AbstractPermission has been gained from Children’s Rehabilitation Centre, Minsk and from the relevant authorities in Belarus to use the name of the Centre in this thesis.
This research explores the principal meeting points and tensions, for practitioners at Children’s Rehabilitation Centre Minsk, between Winnicott’s theories of the holding environment (1960) and play (1971), and current classroom practice with children with complex needs based on Vygotsky’s theory of defectology. It considers whether and in what ways those practitioners are able to assimilate Winnicott’s theories, and their usefulness in supporting classroom-based work with children with complex needs. Finally, the research explores perceived changes in relationships between staff and children arising from this experience, in accordance with CRC’s self-identified need for support in this area. A mixed-methods design was adopted, employing qualitative and quantitative research methods. Winnicott’s theories provide the framework for the development of a new evaluation instrument. This gives the theoretical structure for a specifically designed staff development programme, integrating teaching, experiential work and practice-based sessions, which was central to the fieldwork at CRC. Eight staff participants evaluated their usual musical interaction with a child with complex needs (pre-intervention). Following engagement with the staff development programme (intervention), participants undertook ten individual music sessions with the same child (post-intervention). Sessions were filmed, and two self-chosen extracts pre- and post-intervention were self-rated against the descriptors of the evaluation instrument. Participants then reflected on the experience with the child in interviews. To provide triangulation, the same 16 video extracts were randomised, and then rated in the same way by 16 UK music therapists in an online study. Thematic analysis of data shows that the experience of Winnicott’s ‘holding’ in the learning process enabled participants to attune to, and empathise with the child. Quantitative analysis shows consequent adaptation to the child. It is concluded that Winnicott’s theories are accessible, relevant and applicable within classroom practice at CRC, to support the establishment and development of positive relationships between staff and children.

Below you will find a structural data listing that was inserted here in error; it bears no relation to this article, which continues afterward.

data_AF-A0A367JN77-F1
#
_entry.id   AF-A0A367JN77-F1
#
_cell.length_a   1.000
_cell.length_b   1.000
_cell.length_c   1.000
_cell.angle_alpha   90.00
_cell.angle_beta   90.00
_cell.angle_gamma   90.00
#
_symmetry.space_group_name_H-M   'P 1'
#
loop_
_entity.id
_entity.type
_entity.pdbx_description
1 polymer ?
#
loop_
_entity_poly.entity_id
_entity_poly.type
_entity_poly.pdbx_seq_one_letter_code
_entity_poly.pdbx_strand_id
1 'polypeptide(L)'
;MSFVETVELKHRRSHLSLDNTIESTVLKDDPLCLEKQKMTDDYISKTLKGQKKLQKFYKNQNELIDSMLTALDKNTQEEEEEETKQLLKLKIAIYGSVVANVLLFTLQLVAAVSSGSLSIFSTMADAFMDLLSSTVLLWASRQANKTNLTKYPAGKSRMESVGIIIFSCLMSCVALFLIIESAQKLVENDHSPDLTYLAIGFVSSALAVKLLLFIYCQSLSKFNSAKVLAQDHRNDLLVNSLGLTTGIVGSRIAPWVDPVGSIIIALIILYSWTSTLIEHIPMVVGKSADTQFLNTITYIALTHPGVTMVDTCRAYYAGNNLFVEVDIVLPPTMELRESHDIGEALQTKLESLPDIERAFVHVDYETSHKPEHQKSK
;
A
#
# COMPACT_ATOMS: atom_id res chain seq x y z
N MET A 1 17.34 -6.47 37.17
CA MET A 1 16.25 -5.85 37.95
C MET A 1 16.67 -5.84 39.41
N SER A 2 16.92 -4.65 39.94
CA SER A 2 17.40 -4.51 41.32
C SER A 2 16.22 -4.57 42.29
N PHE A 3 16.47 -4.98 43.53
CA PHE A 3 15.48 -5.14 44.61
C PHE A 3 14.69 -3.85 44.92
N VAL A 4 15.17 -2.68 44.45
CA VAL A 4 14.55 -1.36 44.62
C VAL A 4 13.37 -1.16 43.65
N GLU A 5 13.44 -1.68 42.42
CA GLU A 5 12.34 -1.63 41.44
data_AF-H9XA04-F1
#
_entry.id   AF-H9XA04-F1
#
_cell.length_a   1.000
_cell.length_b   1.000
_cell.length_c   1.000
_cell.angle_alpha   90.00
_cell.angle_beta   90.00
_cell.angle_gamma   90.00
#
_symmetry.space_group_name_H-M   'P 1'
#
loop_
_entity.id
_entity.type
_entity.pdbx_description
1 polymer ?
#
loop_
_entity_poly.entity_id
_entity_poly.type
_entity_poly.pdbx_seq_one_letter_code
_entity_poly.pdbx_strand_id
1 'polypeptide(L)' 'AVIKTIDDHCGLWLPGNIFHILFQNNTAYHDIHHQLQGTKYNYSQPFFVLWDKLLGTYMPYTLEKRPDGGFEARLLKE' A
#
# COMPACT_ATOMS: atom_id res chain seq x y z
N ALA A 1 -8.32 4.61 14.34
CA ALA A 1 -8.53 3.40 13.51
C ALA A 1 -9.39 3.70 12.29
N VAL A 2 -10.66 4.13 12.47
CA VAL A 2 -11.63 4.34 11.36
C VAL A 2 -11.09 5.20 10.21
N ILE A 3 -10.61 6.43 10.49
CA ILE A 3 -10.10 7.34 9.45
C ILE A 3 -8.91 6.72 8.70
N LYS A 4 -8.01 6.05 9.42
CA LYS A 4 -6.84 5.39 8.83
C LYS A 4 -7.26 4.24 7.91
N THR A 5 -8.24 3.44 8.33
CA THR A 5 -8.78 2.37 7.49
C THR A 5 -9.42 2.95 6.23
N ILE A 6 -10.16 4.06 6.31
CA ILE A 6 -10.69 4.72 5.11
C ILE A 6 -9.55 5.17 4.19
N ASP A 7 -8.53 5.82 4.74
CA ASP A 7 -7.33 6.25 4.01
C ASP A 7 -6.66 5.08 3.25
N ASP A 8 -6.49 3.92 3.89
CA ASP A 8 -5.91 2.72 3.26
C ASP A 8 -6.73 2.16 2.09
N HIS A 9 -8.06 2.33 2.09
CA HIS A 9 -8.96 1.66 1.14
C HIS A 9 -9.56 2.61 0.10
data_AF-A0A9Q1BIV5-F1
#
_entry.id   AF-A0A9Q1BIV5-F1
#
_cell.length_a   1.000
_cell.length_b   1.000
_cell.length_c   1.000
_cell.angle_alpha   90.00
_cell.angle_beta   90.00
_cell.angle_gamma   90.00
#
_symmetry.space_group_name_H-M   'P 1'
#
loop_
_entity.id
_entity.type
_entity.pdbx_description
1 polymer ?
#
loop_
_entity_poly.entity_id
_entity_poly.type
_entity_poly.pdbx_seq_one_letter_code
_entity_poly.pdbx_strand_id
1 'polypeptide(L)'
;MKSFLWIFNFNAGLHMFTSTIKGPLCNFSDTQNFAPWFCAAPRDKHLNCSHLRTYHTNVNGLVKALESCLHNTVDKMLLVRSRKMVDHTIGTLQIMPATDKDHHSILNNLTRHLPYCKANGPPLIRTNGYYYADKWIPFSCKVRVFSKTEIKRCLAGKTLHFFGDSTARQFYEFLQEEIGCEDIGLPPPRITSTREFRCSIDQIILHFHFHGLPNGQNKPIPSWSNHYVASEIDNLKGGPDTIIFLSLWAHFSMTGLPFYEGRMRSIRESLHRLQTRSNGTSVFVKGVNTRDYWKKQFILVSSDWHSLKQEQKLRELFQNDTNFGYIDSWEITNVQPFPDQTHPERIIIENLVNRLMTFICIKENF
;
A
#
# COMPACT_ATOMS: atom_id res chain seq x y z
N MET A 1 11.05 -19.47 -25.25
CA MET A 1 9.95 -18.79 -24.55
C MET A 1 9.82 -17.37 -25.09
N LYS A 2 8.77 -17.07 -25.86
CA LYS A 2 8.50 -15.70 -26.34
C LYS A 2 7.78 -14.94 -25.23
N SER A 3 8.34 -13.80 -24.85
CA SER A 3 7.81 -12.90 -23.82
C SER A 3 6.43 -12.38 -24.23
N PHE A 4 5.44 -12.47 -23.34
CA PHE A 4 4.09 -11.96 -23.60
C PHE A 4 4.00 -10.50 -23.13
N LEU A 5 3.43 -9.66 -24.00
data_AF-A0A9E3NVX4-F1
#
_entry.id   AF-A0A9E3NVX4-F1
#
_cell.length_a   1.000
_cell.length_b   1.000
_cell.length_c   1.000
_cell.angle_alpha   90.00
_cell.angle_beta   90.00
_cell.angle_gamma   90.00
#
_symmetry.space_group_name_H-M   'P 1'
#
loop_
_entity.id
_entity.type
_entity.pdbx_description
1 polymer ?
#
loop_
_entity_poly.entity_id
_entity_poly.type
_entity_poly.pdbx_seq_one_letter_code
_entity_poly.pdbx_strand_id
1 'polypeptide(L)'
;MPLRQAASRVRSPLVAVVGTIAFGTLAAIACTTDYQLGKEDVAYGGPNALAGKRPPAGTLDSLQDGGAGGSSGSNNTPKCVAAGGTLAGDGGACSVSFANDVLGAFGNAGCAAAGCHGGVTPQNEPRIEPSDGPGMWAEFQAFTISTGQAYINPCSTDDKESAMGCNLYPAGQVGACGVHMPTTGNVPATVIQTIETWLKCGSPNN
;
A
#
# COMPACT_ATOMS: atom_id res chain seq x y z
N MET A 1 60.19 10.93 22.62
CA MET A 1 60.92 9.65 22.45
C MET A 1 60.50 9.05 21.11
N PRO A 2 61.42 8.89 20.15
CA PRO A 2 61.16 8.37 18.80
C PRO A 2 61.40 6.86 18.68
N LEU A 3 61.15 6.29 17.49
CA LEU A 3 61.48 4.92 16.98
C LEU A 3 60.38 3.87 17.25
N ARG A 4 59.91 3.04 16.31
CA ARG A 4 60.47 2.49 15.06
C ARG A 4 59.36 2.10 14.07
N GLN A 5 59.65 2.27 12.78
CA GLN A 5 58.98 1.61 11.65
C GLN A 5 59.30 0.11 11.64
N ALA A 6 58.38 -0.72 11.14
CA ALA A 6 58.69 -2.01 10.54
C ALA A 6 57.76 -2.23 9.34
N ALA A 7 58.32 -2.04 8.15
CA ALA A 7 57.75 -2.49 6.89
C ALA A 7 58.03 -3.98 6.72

|Date of Award||22 May 2018|
|Sponsors||Sempre, The Music Therapy Charity, British Association for Music Therapy & Jeremiah Colman Gift Trust|
|Supervisor||Adam Ockelford (Supervisor) & David Hargreaves (Supervisor)|
- Psychodynamic Music Therapy, Belarus, Children with Complex Needs, Classroom Practitioner learning and development